HTC has been the recipient of some serious flak for its One (M9). Internet pundits are calling the smartphone out for retaining the design principles of the One (M8). We don’t believe timeless design is punishable – and the design of the One (M8) is timeless. And yet our first impression of the One (M9) is tainted by a lining that is sour.
Metal makes a return for the One (M9). HTC has been promoting the two-tone colour scheme of this phone’s body. We always considered it had two tones with the plastic insets clashing against the smartphones metal armour. The dual-metal colouring rings like the gimmick of the DuoCamera.
Stare at it front on and the smartphone looks technically more advanced. The illusion is brought about by having millimetres shaved off the smartphone’s height and width.
The actual display stagnates in both its 5-inch size and Full HD resolution. This is the first time HTC’s flagship has fallen behind in the resolution race against Samsung, which is touting a 5.1-inch, 1440p screen. We remain unphased by the difference because the margin in which Samsung’s is better will scarcely be noticeable. Until high resolution content becomes widely available, that is.
There are benefits in dismissing a 1440p screen. Full HD straddles the fine line between excellent performance and battery life. Choosing the responsible resolution could bode well for the M9’s 2840 milliamp-hour battery.
HTC’s famed BoomSound speakers, which are front-firing stereo speakers benefiting from amplifiers, make a return. This time HTC has partnered with the professionals at Dolby to aid with the hardware and software. Representatives of the company claim the partnership has resulted in audio that is multi-layered.
We entered a quiet room dedicated to showcasing the M9’s audio prowess. Sound remains loud and layered, and ultimately, it is in keeping with the standard set by its One forefathers. Playing set music at the world’s largest smartphone convention, which is endlessly noisy, may have masked the proficiency of the M9’s speakers. Judgement shall be reserved on its sound quality for our final review.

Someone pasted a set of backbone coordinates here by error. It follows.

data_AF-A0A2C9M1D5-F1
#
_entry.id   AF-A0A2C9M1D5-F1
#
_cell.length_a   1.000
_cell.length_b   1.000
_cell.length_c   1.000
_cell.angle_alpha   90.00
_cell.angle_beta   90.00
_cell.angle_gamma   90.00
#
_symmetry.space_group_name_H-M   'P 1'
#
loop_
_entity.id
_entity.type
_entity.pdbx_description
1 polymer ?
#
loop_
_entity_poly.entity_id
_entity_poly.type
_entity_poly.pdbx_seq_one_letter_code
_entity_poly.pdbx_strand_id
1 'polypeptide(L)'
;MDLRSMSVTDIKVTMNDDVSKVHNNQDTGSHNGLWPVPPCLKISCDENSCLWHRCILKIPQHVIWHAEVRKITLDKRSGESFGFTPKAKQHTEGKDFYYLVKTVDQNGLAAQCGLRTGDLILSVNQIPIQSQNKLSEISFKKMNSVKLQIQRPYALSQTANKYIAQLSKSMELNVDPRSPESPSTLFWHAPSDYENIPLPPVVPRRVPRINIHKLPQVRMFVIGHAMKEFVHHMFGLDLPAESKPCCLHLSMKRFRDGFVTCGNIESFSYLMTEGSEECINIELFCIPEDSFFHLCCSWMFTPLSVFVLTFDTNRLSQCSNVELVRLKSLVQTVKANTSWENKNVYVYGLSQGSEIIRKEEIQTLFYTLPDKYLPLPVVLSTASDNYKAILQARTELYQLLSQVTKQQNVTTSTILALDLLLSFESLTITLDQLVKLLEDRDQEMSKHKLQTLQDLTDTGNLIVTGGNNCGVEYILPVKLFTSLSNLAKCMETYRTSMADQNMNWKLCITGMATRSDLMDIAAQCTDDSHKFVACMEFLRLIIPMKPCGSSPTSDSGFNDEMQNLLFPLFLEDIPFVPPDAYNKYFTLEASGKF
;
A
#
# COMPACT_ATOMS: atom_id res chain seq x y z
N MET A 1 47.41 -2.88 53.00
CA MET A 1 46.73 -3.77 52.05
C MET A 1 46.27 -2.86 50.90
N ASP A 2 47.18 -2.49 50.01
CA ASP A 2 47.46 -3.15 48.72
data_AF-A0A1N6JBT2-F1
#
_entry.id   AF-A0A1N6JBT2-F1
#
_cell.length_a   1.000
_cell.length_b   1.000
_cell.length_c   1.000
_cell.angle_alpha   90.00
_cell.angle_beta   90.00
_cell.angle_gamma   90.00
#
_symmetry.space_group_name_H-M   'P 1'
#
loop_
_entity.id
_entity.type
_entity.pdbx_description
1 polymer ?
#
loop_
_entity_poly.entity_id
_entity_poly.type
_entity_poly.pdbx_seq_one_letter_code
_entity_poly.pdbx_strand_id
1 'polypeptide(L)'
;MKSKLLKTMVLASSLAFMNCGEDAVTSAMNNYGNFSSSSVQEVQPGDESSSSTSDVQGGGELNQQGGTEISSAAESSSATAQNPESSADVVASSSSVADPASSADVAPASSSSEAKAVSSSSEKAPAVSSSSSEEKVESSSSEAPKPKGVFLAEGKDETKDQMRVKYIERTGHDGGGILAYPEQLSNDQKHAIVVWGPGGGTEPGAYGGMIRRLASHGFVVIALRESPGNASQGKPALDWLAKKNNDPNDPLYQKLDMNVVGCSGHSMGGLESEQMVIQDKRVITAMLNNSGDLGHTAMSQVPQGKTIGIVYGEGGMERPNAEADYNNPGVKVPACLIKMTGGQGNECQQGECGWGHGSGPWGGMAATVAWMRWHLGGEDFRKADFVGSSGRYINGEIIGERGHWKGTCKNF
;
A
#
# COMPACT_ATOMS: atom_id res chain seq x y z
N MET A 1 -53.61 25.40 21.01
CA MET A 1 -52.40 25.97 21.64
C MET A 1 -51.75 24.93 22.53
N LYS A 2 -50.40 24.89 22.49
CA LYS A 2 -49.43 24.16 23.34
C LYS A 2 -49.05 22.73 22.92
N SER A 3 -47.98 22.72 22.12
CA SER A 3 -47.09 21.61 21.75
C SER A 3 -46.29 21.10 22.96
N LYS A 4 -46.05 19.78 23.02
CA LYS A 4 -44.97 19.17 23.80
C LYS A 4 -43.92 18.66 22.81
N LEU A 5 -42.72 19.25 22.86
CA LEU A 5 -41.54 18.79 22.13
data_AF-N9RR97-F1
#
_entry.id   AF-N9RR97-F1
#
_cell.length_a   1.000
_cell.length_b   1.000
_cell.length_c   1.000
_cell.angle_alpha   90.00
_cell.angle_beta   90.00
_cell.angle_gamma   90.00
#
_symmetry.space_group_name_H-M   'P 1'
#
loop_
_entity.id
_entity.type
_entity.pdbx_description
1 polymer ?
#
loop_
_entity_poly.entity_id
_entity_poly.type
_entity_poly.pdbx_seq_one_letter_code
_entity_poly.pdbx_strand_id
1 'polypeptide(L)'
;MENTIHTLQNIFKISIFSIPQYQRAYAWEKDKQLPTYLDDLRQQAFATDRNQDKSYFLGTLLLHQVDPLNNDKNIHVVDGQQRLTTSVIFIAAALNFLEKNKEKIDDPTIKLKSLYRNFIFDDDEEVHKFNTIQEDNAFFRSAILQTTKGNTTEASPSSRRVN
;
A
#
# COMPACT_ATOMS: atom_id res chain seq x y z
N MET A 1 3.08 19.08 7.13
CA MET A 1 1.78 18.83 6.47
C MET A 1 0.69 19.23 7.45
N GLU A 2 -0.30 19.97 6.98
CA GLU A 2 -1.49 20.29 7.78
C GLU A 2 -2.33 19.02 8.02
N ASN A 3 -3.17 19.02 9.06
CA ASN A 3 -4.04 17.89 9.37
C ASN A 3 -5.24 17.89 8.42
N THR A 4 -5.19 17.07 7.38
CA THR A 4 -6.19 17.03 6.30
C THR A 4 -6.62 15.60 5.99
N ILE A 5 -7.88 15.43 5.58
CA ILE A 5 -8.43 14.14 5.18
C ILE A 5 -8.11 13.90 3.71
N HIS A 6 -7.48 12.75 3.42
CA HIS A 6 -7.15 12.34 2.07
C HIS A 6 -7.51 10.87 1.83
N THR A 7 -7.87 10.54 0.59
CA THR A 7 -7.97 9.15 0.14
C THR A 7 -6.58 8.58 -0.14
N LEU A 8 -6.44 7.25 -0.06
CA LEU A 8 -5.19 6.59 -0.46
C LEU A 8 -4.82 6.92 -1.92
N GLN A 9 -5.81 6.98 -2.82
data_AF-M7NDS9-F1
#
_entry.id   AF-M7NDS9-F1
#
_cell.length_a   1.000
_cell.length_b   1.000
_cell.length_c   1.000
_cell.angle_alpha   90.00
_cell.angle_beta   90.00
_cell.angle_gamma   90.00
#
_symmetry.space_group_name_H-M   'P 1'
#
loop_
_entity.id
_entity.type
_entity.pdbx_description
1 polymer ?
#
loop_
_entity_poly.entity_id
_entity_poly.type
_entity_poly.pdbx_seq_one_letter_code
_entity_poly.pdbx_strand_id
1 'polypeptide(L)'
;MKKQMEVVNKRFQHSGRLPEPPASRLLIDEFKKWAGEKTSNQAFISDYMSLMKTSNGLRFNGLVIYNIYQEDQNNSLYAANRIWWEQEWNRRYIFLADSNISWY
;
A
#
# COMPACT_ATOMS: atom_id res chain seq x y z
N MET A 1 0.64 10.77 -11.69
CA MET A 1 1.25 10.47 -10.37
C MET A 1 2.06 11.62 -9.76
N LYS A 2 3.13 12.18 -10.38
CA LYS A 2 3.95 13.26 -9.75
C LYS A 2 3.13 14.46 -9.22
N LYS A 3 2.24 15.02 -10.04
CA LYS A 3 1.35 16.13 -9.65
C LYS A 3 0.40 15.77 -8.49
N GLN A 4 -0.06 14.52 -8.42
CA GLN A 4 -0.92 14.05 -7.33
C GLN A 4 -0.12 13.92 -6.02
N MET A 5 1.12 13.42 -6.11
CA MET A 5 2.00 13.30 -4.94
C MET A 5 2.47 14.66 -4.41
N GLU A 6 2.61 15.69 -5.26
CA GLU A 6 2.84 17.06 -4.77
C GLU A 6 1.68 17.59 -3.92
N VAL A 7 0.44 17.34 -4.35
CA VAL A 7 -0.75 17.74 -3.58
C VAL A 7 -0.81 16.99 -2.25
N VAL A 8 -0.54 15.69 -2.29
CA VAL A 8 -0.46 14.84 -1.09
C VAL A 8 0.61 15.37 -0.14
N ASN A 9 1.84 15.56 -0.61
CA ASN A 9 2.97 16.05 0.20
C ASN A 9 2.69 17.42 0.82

Our review of the older One M8 concluded the low resolution Ultrapixel camera undermined its appeal. Deviating from custom with the M9 is the lack of a rear 4 megapixel camera, which has now been shifted to the front. In its place is a resolution-rich 20 megapixel camera bordered by a dual-LED flash.
Increasing the megapixel count can be advantageous when it comes to cropping a photo because the photo is larger. Unfortunately our test photos were characterised by more image noise than is expected from a flagship.
Redeeming the smartphone is the hardware. The Snapdragon 810 chipset is based on 64-bit architecture, and its octa-core processor bundles four cores running at 2.0GHz with another four clocked at an economical 1.5GHz. There’s 3GB of RAM, 32GB of internal storage and a microSD card slot that can take cards up to 128GB.
Rivalling reviewers have been casting stones at the One (M9) because it looks too alike the One (M8). We’re casting stones because it doesn’t look like its predecessor enough.
It starts with the shape. The slender and curvaceous shape that made the M8 beautiful and ergonomic is gone. Now the shape is no longer round as much as it a solid with rounded edging.
The older One stood well apart from the pack for the craftsmanship of its finish. A single sheet of metal would start from one side and wrap around the curve of the smartphone’s spine until it met the other side.
The One (M9) differs in that it feels more assembled. The front is a separate plate that no longer blends in with the rest of the body. Its metallic overlap stands out like an eyesore of a seam and it no longer feels as though its shape was milled from a single, inanimate piece.
Another downside is the death of HTC’s Sense TV, its proprietary software which turned the smartphone into a program guide and a remote control for home entertainment systems. We wrote in our review of the One (M8): “Sense TV could be the reason people walk away from Samsung and towards HTC”. Now the software is replaced by a third party application that is thematically inconsistent with HTC’s proprietary Sense user interface.
Every time we held the One (M9) and we noticed these regressions, we no longer felt the company was trying to make “the best smartphone in the world”. Its seams tell of a company losing market share and struggling financially. The compromises have the interests of a thicker bottom line and not in evoking the same bespoke experience cultivated by the One M7 and the M8. Odds are this is a good smartphone, but our first impression is it is no longer a great one.